|View of the accommodation from the plain, behind a herd of Korrigum Damaliscus korrigum (a threatened |
species of limited distribution, formerly regarded as a subspecies of Topi D. lunatus).
|The reverse view over the plain, from the restaurant balcony.|
|My cabin; basic but comfortable.|
|Typical habitat; below, the deciduous nature of some of the trees, and the grassy understorey,|
are more evident.
|Korrigum herd; Waza is a stronghold of these antelope, which apparently number less than 2500 animals.|
(The haze that renders murky many of these pictures is evident here. Dust or smoke, I can't say.)
|Roan Antelope Hippotragus equinus, one of the largest antelopes at up to 300kg.|
|Patas Monkey Erythrocebus patas, a largely ground-dwelling monkey of the Sahel.|
|Warthog Phacochoerus africanus.|
|Helmeted Guineafowl Numida meleagris; found across sub-Saharan Africa, and a personal favourite.|
|Knob-billed Ducks Sarkidiornis melanotos have a remarkable distribution across Africa, southern Asia|
and South America, but are never common and I was glad to see these.
|Black Crowned Cranes Balearica pavonina in formation.|
This beautiful bird is the national bird emblem of Uganda, and is unusual among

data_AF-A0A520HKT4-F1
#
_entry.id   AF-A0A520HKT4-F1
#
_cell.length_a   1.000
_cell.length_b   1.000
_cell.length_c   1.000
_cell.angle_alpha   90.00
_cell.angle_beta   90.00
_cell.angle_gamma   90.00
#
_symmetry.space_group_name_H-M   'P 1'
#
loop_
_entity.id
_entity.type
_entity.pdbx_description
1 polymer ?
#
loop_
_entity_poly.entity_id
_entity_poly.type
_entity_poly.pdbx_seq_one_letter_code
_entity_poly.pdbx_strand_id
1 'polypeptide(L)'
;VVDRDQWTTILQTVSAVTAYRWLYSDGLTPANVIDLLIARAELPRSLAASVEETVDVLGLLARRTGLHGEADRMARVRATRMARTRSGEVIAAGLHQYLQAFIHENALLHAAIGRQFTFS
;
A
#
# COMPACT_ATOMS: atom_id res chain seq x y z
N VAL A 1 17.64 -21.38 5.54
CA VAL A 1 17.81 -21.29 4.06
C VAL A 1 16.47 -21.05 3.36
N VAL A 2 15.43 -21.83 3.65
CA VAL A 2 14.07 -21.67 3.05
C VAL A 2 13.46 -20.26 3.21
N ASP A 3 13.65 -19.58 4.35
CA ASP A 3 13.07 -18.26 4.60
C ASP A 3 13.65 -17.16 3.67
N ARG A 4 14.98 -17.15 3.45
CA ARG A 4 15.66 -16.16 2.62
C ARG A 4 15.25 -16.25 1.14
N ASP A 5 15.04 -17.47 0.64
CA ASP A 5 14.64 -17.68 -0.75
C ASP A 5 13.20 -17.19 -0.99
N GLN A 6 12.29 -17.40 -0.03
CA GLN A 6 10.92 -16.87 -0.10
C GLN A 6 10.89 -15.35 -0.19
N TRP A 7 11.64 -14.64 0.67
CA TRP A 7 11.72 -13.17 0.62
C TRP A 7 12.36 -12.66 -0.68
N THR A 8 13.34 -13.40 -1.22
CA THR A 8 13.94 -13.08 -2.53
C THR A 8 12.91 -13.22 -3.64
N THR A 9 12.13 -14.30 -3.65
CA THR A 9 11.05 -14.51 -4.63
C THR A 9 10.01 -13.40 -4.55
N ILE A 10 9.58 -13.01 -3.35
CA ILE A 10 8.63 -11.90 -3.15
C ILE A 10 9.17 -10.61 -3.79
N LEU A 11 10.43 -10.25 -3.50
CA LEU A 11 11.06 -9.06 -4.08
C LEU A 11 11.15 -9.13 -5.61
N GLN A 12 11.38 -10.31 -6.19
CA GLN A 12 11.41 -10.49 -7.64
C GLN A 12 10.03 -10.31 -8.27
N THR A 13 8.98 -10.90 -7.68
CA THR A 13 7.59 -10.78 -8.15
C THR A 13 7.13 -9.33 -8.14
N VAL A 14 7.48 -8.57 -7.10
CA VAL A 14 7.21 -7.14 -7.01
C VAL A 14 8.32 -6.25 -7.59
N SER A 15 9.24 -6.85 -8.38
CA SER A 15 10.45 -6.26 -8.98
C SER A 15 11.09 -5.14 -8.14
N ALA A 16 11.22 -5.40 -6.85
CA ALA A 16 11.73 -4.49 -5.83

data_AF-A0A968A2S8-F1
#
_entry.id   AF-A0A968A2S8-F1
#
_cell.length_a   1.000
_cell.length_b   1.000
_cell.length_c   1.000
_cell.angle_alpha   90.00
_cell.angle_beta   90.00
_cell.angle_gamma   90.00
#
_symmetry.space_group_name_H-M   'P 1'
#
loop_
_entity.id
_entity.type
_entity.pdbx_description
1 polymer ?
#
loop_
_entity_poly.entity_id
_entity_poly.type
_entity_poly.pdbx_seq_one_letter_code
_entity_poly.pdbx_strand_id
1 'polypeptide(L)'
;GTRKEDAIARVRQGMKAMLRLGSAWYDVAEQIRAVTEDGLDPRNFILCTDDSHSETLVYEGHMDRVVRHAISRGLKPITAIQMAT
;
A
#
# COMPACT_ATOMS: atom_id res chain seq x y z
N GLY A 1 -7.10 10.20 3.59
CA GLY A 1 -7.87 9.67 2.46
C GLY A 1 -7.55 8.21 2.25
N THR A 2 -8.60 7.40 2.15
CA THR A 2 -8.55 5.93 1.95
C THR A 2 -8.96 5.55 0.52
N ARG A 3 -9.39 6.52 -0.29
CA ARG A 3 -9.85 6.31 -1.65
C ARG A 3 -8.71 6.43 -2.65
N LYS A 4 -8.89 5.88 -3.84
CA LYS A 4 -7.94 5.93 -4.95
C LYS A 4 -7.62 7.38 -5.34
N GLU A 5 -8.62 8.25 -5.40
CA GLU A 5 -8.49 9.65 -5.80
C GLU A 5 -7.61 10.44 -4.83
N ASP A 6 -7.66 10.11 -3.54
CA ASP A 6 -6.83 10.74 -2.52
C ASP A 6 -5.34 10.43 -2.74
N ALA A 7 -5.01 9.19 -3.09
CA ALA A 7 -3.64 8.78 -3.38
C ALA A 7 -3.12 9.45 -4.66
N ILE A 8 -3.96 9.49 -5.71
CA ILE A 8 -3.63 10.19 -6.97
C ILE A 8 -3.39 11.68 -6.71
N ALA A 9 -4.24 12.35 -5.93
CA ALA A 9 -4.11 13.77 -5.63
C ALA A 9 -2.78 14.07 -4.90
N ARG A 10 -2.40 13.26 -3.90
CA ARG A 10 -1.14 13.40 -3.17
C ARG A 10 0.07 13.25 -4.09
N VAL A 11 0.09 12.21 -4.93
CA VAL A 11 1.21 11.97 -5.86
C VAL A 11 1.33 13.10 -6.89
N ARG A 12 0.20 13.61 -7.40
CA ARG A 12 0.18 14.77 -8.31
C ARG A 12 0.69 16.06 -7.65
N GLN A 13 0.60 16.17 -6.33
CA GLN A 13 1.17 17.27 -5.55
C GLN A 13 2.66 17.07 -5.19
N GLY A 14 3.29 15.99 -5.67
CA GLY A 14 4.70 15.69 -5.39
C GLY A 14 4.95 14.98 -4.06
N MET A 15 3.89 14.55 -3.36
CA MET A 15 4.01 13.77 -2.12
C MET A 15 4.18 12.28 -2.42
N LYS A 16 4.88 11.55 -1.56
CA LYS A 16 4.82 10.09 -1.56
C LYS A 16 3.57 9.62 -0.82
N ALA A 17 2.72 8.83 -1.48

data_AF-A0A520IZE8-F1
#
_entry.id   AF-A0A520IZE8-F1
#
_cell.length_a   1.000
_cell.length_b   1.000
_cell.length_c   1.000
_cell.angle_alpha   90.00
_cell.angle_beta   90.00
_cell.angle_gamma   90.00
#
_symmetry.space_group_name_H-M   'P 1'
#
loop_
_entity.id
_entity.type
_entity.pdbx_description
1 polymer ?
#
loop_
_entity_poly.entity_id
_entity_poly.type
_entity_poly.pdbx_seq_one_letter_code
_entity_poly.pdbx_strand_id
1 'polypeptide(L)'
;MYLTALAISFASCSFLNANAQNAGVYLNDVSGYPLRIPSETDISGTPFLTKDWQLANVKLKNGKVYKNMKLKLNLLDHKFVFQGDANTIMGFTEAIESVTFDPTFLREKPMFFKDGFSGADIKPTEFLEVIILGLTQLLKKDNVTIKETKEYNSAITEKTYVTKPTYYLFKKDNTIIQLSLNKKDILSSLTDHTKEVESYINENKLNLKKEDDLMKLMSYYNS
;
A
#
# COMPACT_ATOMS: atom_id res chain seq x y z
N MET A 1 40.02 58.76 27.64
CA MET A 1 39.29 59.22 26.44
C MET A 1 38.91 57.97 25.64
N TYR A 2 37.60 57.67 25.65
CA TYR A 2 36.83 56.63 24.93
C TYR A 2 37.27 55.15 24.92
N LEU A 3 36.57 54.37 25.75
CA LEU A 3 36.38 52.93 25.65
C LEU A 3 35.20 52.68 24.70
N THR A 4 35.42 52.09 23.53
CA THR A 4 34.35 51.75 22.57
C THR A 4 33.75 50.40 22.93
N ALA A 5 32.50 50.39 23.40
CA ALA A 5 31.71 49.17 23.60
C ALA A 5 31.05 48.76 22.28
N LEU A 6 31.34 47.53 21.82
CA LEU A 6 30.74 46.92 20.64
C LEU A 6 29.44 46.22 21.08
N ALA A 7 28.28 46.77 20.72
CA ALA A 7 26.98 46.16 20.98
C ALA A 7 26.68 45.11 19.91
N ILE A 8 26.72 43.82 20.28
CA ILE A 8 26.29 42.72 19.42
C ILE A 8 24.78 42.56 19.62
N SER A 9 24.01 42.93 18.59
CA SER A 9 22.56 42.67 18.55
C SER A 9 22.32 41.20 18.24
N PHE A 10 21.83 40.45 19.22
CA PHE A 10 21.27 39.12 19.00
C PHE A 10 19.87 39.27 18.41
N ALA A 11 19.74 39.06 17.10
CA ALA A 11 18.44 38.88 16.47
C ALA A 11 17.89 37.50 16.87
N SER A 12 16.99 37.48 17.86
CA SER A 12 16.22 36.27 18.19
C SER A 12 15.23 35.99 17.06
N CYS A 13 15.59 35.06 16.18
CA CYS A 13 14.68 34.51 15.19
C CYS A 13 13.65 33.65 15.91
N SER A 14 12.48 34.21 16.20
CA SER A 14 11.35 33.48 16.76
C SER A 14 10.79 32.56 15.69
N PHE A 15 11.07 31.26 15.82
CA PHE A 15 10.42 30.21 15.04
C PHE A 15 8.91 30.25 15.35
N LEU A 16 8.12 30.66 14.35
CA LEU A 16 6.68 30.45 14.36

cranes in its preference for arid habitats. It is a threatened species.
|Vieillot's Barbet Lybius vieilloti, another Sahel special.|
African barbets are regarded now as quite separate from their American namesakes.
|Abyssinian Roller Coracias abyssinicus, one of the common birds of the Sahel,|
but not one I could ever tire of.
|Greater Blue-eared Glossy Starling Lamprotornis chalybaeus (what an immodest collection of |
adjectives!) is much more widespread than the next starling.
Chestnut-bellied Starling Lamprotornis pulcher, yet another Sahel specialist, and an attractive one again.
|African Swallow-tailed Kite Chelictinia riocourii, holding its wings out, hoping |
for a scrap of breeze to cool it.
|Ethiopian Swallows Hirundo aethiopica.|
|White-throated Bee-eaters Merops albicollis breed in the Sahara itself, and come |
this far south for winter.
|African Silverbills Lonchura cantans hung about in the shade near the accommodation,|
but still did their share of panting.
|There'll be many such Waza sunsets through the thorn trees long after we've stopped|
making a mess of things.